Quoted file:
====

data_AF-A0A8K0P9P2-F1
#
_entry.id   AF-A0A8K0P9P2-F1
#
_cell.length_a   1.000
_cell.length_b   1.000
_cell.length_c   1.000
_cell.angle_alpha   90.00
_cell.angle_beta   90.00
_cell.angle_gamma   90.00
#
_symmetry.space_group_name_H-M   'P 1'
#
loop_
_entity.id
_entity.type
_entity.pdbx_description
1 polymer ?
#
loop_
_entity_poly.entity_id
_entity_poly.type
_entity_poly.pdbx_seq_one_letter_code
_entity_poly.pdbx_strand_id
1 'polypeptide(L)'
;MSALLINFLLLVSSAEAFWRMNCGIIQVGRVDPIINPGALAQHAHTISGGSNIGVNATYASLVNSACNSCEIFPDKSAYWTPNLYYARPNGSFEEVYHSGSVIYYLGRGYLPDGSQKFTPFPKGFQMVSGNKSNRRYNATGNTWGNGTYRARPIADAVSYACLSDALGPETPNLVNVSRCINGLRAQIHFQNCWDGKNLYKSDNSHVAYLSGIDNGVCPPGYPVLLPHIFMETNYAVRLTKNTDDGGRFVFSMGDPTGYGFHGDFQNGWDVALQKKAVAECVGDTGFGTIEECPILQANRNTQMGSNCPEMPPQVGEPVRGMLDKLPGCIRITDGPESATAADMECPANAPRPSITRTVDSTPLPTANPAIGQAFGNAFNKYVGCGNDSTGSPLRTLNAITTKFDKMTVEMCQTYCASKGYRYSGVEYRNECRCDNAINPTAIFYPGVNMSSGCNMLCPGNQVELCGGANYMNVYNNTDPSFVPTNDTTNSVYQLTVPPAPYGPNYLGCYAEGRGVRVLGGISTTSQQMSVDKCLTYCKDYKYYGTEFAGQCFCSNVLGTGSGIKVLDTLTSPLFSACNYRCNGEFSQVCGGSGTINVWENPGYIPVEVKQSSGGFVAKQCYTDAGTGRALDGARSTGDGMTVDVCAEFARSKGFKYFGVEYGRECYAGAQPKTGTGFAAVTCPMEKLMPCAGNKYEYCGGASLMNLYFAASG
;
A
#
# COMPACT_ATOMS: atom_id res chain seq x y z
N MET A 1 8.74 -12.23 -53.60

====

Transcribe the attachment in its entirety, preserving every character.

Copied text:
data_AF-A0A8K0P9P2-F1
#
_entry.id   AF-A0A8K0P9P2-F1
#
_cell.length_a   1.000
_cell.length_b   1.000
_cell.length_c   1.000
_cell.angle_alpha   90.00
_cell.angle_beta   90.00
_cell.angle_gamma   90.00
#
_symmetry.space_group_name_H-M   'P 1'
#
loop_
_entity.id
_entity.type
_entity.pdbx_description
1 polymer ?
#
loop_
_entity_poly.entity_id
_entity_poly.type
_entity_poly.pdbx_seq_one_letter_code
_entity_poly.pdbx_strand_id
1 'polypeptide(L)'
;MSALLINFLLLVSSAEAFWRMNCGIIQVGRVDPIINPGALAQHAHTISGGSNIGVNATYASLVNSACNSCEIFPDKSAYWTPNLYYARPNGSFEEVYHSGSVIYYLGRGYLPDGSQKFTPFPKGFQMVSGNKSNRRYNATGNTWGNGTYRARPIADAVSYACLSDALGPETPNLVNVSRCINGLRAQIHFQNCWDGKNLYKSDNSHVAYLSGIDNGVCPPGYPVLLPHIFMETNYAVRLTKNTDDGGRFVFSMGDPTGYGFHGDFQNGWDVALQKKAVAECVGDTGFGTIEECPILQANRNTQMGSNCPEMPPQVGEPVRGMLDKLPGCIRITDGPESATAADMECPANAPRPSITRTVDSTPLPTANPAIGQAFGNAFNKYVGCGNDSTGSPLRTLNAITTKFDKMTVEMCQTYCASKGYRYSGVEYRNECRCDNAINPTAIFYPGVNMSSGCNMLCPGNQVELCGGANYMNVYNNTDPSFVPTNDTTNSVYQLTVPPAPYGPNYLGCYAEGRGVRVLGGISTTSQQMSVDKCLTYCKDYKYYGTEFAGQCFCSNVLGTGSGIKVLDTLTSPLFSACNYRCNGEFSQVCGGSGTINVWENPGYIPVEVKQSSGGFVAKQCYTDAGTGRALDGARSTGDGMTVDVCAEFARSKGFKYFGVEYGRECYAGAQPKTGTGFAAVTCPMEKLMPCAGNKYEYCGGASLMNLYFAASG
;
A
#
# COMPACT_ATOMS: atom_id res chain seq x y z
N MET A 1 8.74 -12.23 -53.60